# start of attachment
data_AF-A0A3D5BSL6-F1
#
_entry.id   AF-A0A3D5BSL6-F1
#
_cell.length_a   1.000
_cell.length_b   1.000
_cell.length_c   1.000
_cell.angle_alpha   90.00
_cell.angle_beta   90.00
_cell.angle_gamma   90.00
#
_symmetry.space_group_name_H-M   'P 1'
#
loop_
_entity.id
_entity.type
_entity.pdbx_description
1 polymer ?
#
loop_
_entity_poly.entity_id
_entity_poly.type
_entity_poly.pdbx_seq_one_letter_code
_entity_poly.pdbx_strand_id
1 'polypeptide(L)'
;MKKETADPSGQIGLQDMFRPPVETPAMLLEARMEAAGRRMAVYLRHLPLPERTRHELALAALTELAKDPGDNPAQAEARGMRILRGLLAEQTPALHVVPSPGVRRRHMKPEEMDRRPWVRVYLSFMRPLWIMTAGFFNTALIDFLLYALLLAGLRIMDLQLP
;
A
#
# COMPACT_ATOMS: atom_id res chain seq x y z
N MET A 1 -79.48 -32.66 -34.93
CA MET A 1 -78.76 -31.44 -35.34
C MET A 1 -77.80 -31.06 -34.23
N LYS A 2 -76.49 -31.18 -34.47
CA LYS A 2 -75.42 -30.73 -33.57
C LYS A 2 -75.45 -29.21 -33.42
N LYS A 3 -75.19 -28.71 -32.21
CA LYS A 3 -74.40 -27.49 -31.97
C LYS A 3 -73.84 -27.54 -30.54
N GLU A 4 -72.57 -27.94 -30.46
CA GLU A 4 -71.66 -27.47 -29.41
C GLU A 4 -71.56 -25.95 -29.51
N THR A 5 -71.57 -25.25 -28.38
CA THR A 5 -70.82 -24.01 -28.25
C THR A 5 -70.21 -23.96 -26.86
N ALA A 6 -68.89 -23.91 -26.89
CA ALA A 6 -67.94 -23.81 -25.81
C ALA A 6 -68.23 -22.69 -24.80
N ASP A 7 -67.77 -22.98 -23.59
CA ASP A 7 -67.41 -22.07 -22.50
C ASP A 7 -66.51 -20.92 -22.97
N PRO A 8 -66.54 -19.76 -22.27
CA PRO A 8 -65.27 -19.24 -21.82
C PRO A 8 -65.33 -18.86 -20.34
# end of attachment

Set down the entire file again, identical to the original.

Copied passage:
data_AF-A0A3D5BSL6-F1
#
_entry.id   AF-A0A3D5BSL6-F1
#
_cell.length_a   1.000
_cell.length_b   1.000
_cell.length_c   1.000
_cell.angle_alpha   90.00
_cell.angle_beta   90.00
_cell.angle_gamma   90.00
#
_symmetry.space_group_name_H-M   'P 1'
#
loop_
_entity.id
_entity.type
_entity.pdbx_description
1 polymer ?
#
loop_
_entity_poly.entity_id
_entity_poly.type
_entity_poly.pdbx_seq_one_letter_code
_entity_poly.pdbx_strand_id
1 'polypeptide(L)'
;MKKETADPSGQIGLQDMFRPPVETPAMLLEARMEAAGRRMAVYLRHLPLPERTRHELALAALTELAKDPGDNPAQAEARGMRILRGLLAEQTPALHVVPSPGVRRRHMKPEEMDRRPWVRVYLSFMRPLWIMTAGFFNTALIDFLLYALLLAGLRIMDLQLP
;
A
#
# COMPACT_ATOMS: atom_id res chain seq x y z
N MET A 1 -79.48 -32.66 -34.93
CA MET A 1 -78.76 -31.44 -35.34
C MET A 1 -77.80 -31.06 -34.23
N LYS A 2 -76.49 -31.18 -34.47
CA LYS A 2 -75.42 -30.73 -33.57
C LYS A 2 -75.45 -29.21 -33.42
N LYS A 3 -75.19 -28.71 -32.21
CA LYS A 3 -74.40 -27.49 -31.97
C LYS A 3 -73.84 -27.54 -30.54
N GLU A 4 -72.57 -27.94 -30.46
CA GLU A 4 -71.66 -27.47 -29.41
C GLU A 4 -71.56 -25.95 -29.51
N THR A 5 -71.57 -25.25 -28.38
CA THR A 5 -70.82 -24.01 -28.25
C THR A 5 -70.21 -23.96 -26.86
N ALA A 6 -68.89 -23.91 -26.89
CA ALA A 6 -67.94 -23.81 -25.81
C ALA A 6 -68.23 -22.69 -24.80
N ASP A 7 -67.77 -22.98 -23.59
CA ASP A 7 -67.41 -22.07 -22.50
C ASP A 7 -66.51 -20.92 -22.97
N PRO A 8 -66.54 -19.76 -22.27
CA PRO A 8 -65.27 -19.24 -21.82
C PRO A 8 -65.33 -18.86 -20.34